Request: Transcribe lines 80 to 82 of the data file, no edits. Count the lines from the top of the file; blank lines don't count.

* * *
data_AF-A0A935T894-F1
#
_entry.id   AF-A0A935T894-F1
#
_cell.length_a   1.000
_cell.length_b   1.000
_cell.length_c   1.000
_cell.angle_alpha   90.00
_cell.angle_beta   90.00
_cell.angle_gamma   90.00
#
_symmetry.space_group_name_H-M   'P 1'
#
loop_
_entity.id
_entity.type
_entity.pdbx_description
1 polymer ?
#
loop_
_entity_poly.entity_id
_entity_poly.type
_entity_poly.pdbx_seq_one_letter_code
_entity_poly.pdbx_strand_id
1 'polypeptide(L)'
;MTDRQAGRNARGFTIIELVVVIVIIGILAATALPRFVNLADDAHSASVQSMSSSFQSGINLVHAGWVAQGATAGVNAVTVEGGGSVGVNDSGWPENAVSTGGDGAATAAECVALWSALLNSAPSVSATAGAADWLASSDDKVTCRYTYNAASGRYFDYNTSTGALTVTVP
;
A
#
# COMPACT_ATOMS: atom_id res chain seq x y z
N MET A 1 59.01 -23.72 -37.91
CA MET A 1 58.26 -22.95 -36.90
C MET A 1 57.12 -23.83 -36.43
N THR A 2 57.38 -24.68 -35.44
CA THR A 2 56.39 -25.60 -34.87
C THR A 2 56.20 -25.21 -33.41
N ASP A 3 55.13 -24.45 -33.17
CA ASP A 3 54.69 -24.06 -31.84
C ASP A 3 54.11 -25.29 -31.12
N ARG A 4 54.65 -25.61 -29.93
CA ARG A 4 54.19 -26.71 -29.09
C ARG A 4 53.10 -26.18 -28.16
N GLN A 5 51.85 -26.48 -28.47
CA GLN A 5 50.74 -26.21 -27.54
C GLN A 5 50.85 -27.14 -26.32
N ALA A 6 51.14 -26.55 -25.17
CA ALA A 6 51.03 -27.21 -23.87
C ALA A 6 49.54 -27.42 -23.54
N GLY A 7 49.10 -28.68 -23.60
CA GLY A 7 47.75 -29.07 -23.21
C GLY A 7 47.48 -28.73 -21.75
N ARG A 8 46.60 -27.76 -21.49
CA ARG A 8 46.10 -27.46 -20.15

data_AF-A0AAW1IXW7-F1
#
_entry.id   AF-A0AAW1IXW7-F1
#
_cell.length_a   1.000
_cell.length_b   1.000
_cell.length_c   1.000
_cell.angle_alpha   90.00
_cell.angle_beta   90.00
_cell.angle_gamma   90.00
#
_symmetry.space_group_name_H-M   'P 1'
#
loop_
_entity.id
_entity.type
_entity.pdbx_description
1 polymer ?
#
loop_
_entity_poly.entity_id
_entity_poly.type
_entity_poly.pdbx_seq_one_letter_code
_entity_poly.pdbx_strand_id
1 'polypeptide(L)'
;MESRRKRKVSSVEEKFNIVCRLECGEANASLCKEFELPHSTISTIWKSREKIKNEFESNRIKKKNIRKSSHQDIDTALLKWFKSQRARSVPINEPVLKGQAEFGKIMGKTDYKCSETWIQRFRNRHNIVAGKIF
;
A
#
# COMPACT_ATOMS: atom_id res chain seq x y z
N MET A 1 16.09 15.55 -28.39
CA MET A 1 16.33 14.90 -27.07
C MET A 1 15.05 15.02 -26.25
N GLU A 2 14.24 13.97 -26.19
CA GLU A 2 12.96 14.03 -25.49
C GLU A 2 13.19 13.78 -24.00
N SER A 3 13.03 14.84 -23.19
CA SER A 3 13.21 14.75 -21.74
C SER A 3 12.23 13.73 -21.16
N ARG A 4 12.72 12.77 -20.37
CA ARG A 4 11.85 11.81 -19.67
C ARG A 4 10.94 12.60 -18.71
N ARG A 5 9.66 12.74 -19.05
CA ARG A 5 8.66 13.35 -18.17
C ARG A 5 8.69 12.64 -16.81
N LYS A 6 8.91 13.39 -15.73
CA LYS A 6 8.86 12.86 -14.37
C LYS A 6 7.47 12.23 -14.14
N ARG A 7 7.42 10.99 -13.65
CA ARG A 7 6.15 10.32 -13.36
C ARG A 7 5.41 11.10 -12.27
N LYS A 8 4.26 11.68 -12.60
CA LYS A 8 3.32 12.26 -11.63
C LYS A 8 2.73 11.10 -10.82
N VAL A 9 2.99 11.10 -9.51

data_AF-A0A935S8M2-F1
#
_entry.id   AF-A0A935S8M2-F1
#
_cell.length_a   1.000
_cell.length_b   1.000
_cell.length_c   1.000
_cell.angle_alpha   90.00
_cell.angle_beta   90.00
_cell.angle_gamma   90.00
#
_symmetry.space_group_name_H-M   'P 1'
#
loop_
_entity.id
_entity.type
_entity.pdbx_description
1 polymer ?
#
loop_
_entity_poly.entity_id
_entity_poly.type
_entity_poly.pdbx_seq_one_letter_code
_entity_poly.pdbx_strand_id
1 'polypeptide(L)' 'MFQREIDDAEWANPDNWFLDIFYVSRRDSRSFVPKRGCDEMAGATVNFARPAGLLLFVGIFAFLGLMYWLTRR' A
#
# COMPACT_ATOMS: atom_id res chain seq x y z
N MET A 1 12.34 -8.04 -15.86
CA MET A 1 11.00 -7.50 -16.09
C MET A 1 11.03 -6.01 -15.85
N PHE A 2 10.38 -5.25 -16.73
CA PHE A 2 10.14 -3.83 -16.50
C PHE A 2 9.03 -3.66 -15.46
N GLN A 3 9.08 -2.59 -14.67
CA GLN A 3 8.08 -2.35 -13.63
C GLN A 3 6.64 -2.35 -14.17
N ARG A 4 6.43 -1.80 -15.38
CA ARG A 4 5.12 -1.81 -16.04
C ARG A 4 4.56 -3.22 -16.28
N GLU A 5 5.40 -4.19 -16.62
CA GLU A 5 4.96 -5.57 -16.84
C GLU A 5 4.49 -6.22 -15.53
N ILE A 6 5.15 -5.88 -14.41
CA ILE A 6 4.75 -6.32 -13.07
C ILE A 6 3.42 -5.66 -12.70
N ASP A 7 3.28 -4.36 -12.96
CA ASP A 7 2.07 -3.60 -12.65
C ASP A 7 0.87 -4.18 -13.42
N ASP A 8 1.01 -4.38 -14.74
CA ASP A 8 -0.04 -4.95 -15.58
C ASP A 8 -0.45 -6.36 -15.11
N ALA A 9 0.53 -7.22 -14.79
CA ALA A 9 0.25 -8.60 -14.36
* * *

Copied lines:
;
A
#